They need that take home pay for the mortgage, the pool, the cars, the kids schooling etc. This also leads some of them to become genuinely dumb, uninformed. They realize that being blind protects them, playing dumb is good, it is protective cover, so they set about becoming that... They also know, and sometimes stress about, the huge influence they have. Usually guilt fades into self protective greed. (I know several tv types and journalists, not in the US..)

So, to continue, they will only ever *follow*, take orders, speak about what is acceptable. They are always watching for clues and cues about the lines in the sand. When tides turn, they will speak up, prudently at first, maybe more stridently later, but always under the authority of the owners (media..)... in effect, they follow public opinion but only once it has been recycled (reframed) or finally taken into account by the higher powers. For TV, the control (self and other) is due to their huge audience and impact. Print media are are freer on the whole, but not in the US.

edit: was to add a lost paragraph

Hopefully the more Simmons talks about $300 oil, the more people will feel like morons who are selling today for $95.
And morons they are!

It's like selling Microsoft in 1990.

I find this most amusing. When I was a market maker back in 1989 I bought 10 puts on Misfit when it was selling fot $38. The next day it was $30. Net gain $16,000. Some people have to work all week for that kind of money

I understood Simmons to say that European drivers are currently paying a price equivalent to $300/barrel oil for gasoline.

Is that correct?

Gas is roughly 1 pound per litre in the UK.

There are 3.8 litres per US gallon.
There are 2.1 US dollars per UK pound.

So, the Britishers are paying 3.8 * 2.1 = $8 per US gallon.

Gas is roughly $3 per gallon in the US. If that corresponds to $95 dollars per barrel then $8 per gallon corresponds to $253 per barrel.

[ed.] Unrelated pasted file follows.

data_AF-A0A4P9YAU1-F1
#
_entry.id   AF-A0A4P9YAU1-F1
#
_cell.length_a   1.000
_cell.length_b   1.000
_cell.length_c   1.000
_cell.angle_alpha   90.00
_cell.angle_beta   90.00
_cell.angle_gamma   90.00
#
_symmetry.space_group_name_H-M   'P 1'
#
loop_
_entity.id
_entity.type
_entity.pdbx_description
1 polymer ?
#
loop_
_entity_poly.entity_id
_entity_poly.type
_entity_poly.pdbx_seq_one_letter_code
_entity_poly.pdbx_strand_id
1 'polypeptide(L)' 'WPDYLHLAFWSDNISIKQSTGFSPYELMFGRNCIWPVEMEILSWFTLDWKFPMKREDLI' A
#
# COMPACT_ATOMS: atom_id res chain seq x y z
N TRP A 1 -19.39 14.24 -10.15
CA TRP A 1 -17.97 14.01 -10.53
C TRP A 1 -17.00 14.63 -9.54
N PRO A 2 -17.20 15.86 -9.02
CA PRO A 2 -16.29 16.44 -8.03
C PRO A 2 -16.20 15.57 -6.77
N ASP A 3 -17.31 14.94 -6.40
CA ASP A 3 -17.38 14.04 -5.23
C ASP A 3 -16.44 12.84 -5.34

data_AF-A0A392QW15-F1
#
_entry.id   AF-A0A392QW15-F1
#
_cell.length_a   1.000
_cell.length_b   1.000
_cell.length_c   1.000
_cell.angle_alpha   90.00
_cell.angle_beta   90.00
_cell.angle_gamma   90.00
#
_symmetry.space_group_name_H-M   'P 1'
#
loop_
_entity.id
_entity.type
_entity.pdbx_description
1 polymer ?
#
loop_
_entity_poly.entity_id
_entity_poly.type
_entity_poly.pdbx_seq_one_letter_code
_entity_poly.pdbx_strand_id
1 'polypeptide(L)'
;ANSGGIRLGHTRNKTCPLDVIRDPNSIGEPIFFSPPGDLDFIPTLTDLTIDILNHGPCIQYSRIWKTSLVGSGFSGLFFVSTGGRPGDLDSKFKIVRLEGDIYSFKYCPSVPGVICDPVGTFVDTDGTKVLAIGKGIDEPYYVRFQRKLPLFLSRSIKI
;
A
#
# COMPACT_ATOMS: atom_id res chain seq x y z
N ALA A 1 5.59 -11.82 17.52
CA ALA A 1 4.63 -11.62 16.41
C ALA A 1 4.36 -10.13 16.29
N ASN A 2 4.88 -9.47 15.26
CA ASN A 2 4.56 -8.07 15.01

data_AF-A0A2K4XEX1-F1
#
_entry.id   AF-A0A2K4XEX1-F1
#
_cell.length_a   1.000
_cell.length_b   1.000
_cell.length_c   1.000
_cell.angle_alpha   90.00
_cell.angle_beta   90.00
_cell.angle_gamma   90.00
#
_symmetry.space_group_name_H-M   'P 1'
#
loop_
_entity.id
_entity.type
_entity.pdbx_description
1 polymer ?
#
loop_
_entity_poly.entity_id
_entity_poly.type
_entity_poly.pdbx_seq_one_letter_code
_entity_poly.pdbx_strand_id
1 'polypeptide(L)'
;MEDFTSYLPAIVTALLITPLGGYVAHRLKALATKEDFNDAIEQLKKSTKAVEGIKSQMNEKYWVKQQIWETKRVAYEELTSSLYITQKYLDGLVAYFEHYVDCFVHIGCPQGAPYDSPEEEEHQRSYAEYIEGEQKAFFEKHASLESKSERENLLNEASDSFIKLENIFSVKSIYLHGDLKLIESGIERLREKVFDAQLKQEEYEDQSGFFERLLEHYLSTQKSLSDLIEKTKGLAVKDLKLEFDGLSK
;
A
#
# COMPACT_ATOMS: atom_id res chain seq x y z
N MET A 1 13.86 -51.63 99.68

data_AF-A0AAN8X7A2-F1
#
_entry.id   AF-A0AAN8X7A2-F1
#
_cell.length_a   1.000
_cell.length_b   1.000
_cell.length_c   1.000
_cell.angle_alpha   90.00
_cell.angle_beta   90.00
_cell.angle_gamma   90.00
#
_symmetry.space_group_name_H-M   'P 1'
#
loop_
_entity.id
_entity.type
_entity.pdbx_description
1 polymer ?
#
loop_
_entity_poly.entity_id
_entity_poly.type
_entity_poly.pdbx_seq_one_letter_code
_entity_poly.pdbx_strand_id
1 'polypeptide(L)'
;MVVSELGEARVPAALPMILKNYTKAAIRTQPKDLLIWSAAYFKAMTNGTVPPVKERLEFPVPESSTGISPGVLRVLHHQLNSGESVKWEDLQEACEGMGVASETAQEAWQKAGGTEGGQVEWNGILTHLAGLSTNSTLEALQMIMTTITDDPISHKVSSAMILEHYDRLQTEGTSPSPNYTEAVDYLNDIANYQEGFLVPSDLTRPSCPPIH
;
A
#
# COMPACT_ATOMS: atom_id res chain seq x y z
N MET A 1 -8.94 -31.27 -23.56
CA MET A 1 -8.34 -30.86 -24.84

He's in the ballpark.

I think what he was doing is this:

Gasoline at $8/gallon x 42 gallons/barrel = $336/barrel

What I would like to see is the oil price start to be quoted in $/gallon. $95/barrel is only $2.26/gallon (a bargain!).

Somehow its easier to see how oil could rise to $3.50 or $4.75 per gallon than to $150 or $200 per barrel.

Remember that the average european car gets better milage than their american conterparts, and that europeans dont drive as much.

which is because of high taxes on fuel. increasing the price makes people more frugal with its use over time! (note the time component, it took europe 20 odd years to change.)

And most importantly, of that "$250/bbl" oil price, $150 of it goes back into their own economy to do useful things for the good of the many (at least in theory, and somewhat in practice).

So at the end of it, they have widespread health care and an efficient train and ship system.

The USA has more trucks and SUVs. They're not "capital stock", they're anti-capital stock. They have a negative rate of return.

When oil is $250/bbl to producers, in the USA there won't be any of that recirculating money to finally build trains.

Europe will have dense cities with electrified transport.

And when people propose to Americans that they ought to look at what the Europeans did, the response will be powerfully and universally, "what? more taxes? Typical liberal morons. I can barely afford to make ends meet now with gas and food prices so high!"

At that point, you'll simulatneously have $1T/yr subsidies for the agriculture and oil industries, "in order to encourage additional supply". Blah blah blah.

I dont understand why gas is not rising.
In the past, crude rises bumpd up gas.
Now, crude soars and gas is basically flat -
and oil majors' profits are falling.
They're absorbing the rises? what's stopping
them from raising gas prices at the refinery gate?

My understanding is that refineries bought extra crude in the spring in anticipation of a bad hurricane season that did not materialize. The relatively cheap price for gas right now is a result of this.

Gas prices are already starting to climb again, and with the flood devastation in Mexico's biggest oil producing/shipping region, I suspect gas skyrocketing over the next six months. Just a guess, but gas prices in 2008 may be on average about a dollar more than 2007.

Gas prices jumped up here in Southern Ontario. Last week it was in the 94-96c range. Last night 1.01. Expecting it to continue to rise.

Wonder what premium Citi+Pakistan will inflict on the price of oil?

Richard Wakefield
London, Ont.

No one is ahead of their time, just the rest of humanity is slow to catch on.

"what's stopping
them from raising gas prices at the refinery gate?"

TPTB realize that $3.50 gal avg nationwide is the nail in the coffin of the American Economy.